The Year-Long Trial of COVID-19
Masks and Zoom Meetings became part of everyday life in 2020 as the COVID-19 global pandemic came to Hardeman County.
After the pandemic caused schools to cease in March and cancel the rest of the year in April, Hardeman County watched Tennessee Governor Bill Lee advise schools to cancel as soon as possible. On that date, March 18, no COVID-19 case had been reported in Hardeman County, or any county bordering Hardeman County.
A week later, Lee cancelled in-restaurant dining, closed gyms and other “non-essential” businesses.
A week after that, Governor Lee shut down barbershops, salons, and entertainment venues with 15 separate mandates, including shutting schools until April 24.
The next week, Hardeman County reported six cases in Hardeman County, including possible links to cases in the Hardeman County Courthouse, which caused it to shut from March 31-April 8.
In early April, Lee moved the date to possibly re-open to April 30. Seven Hardeman County citizens were listed as having the virus on the state website.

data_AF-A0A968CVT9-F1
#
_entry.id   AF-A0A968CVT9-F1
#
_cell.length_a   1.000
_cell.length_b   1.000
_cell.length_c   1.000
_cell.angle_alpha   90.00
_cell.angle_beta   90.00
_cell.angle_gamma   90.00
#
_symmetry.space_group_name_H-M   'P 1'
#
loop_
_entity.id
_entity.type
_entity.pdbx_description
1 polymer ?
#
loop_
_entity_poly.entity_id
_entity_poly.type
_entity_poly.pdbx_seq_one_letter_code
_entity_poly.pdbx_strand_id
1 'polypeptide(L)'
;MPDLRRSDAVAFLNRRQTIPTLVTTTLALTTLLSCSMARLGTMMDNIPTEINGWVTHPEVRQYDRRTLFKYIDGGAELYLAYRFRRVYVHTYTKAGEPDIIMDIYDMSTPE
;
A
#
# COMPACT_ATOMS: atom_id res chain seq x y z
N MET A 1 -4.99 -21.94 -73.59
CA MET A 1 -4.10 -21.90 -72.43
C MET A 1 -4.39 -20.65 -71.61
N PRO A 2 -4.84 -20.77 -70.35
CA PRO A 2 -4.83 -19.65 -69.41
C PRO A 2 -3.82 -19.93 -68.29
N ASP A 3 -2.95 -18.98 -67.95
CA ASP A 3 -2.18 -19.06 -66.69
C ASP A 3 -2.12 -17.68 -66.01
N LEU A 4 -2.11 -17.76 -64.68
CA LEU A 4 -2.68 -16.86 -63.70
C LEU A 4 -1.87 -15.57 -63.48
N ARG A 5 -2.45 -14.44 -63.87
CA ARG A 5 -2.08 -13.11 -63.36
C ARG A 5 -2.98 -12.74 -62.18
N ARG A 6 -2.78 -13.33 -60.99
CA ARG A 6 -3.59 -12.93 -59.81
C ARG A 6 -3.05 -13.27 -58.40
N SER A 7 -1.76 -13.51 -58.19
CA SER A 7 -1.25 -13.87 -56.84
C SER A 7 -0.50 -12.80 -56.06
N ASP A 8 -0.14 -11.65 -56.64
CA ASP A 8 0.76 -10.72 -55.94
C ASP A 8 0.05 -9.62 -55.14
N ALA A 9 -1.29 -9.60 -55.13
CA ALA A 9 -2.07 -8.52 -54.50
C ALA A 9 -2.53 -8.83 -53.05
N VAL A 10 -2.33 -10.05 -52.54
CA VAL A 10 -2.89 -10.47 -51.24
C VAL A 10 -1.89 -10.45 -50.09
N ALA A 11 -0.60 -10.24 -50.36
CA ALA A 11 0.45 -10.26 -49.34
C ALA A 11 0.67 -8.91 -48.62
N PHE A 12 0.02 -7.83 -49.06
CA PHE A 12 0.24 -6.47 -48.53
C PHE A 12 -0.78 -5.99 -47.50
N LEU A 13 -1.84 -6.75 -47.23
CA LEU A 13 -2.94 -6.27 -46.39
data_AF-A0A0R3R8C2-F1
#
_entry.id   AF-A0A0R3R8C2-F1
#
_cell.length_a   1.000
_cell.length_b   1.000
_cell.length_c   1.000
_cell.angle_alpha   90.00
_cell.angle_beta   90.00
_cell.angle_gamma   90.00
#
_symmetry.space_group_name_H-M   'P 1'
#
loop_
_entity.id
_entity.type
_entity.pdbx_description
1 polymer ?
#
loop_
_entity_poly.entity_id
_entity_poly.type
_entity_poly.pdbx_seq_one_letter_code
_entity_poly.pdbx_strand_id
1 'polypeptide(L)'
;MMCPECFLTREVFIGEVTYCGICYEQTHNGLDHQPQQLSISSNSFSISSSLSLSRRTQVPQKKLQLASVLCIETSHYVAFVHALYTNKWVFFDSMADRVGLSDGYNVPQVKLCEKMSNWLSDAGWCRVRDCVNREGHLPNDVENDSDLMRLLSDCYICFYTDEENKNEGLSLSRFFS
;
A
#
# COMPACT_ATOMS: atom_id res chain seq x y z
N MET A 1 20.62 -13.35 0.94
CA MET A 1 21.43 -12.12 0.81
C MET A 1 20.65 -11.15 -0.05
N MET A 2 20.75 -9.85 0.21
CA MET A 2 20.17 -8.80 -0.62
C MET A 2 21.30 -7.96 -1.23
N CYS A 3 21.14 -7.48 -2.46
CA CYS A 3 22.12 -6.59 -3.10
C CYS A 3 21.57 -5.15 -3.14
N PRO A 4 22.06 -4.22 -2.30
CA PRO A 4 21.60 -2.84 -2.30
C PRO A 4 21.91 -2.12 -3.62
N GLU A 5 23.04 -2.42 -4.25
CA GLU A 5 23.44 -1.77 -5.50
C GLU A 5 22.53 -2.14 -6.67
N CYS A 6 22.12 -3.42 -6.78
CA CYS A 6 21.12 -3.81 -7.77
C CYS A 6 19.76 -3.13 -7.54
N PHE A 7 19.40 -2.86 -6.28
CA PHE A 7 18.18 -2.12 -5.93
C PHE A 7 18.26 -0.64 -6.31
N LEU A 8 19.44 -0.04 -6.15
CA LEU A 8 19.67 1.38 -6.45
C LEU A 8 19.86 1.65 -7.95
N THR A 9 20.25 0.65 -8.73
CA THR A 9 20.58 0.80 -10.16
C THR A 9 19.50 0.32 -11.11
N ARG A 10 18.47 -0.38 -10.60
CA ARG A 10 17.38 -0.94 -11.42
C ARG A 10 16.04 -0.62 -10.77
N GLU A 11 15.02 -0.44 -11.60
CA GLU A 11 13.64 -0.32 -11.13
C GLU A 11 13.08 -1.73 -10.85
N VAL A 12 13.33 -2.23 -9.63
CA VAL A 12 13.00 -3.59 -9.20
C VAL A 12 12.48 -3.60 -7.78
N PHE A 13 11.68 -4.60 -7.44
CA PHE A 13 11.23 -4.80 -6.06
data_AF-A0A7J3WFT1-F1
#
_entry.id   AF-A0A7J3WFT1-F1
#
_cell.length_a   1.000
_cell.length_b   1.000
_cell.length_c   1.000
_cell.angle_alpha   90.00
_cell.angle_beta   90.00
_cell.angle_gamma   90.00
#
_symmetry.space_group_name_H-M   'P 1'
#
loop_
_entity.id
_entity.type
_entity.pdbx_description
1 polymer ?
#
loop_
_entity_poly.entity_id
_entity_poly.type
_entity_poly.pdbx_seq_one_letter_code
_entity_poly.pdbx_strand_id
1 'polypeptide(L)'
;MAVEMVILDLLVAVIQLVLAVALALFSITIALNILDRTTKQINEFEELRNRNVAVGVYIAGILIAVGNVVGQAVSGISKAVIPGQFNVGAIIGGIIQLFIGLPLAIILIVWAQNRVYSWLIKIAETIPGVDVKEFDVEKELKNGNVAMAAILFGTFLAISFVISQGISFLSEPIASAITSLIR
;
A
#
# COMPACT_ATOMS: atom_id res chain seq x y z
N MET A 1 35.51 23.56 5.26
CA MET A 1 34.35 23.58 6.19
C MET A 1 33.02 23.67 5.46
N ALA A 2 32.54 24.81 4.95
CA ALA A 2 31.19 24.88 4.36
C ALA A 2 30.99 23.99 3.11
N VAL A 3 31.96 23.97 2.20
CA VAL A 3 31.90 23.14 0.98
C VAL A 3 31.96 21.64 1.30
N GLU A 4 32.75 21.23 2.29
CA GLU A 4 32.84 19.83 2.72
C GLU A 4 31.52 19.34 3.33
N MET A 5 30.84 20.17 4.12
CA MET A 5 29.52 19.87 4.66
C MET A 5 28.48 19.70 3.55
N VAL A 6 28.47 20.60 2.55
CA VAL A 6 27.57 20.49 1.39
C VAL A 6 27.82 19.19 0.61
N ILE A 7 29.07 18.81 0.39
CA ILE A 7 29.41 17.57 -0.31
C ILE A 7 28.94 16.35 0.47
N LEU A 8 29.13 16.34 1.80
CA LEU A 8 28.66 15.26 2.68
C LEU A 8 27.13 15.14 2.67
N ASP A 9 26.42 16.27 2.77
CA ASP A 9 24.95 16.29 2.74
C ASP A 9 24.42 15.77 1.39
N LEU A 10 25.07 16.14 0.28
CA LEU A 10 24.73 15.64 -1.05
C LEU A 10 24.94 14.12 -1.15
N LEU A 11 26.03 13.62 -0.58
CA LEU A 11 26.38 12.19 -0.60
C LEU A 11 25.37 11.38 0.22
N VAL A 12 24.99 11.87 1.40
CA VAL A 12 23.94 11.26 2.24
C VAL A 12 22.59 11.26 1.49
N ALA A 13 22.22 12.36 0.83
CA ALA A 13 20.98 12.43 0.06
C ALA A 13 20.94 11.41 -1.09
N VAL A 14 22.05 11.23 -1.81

On April 20, Lee announced plans to reopen the economy, in phases, on April 27, but Executive Order 30 failed to spell out everything, keeping salons and barber shops in limbo.
In early May, cases doubled from 11 to 20 in Hardeman County as tests increased tenfold and jumped to 208 out of 3,000 total tests in the following week.
In June, Governor Lee said things might open up again in August. Bolivar baseball began in June and completed their season in July, with no reported COVID-19 outbreaks connected to the league.
In August, Hardeman County Schools report a third of their students chose the virtual option for the 2020 Fall Semester.
In September, Hardeman County continued to lead the state in testing for counties with more than 25,000 people at 49.5% but led bordering counties in cases and deaths as well.
November saw the cancellation of traditional Christmas events in Hardeman County, as cases kept pace with West Tennessee.
In December, vaccines arrive in Hardeman County, with first responders and health care workers receiving the first doses.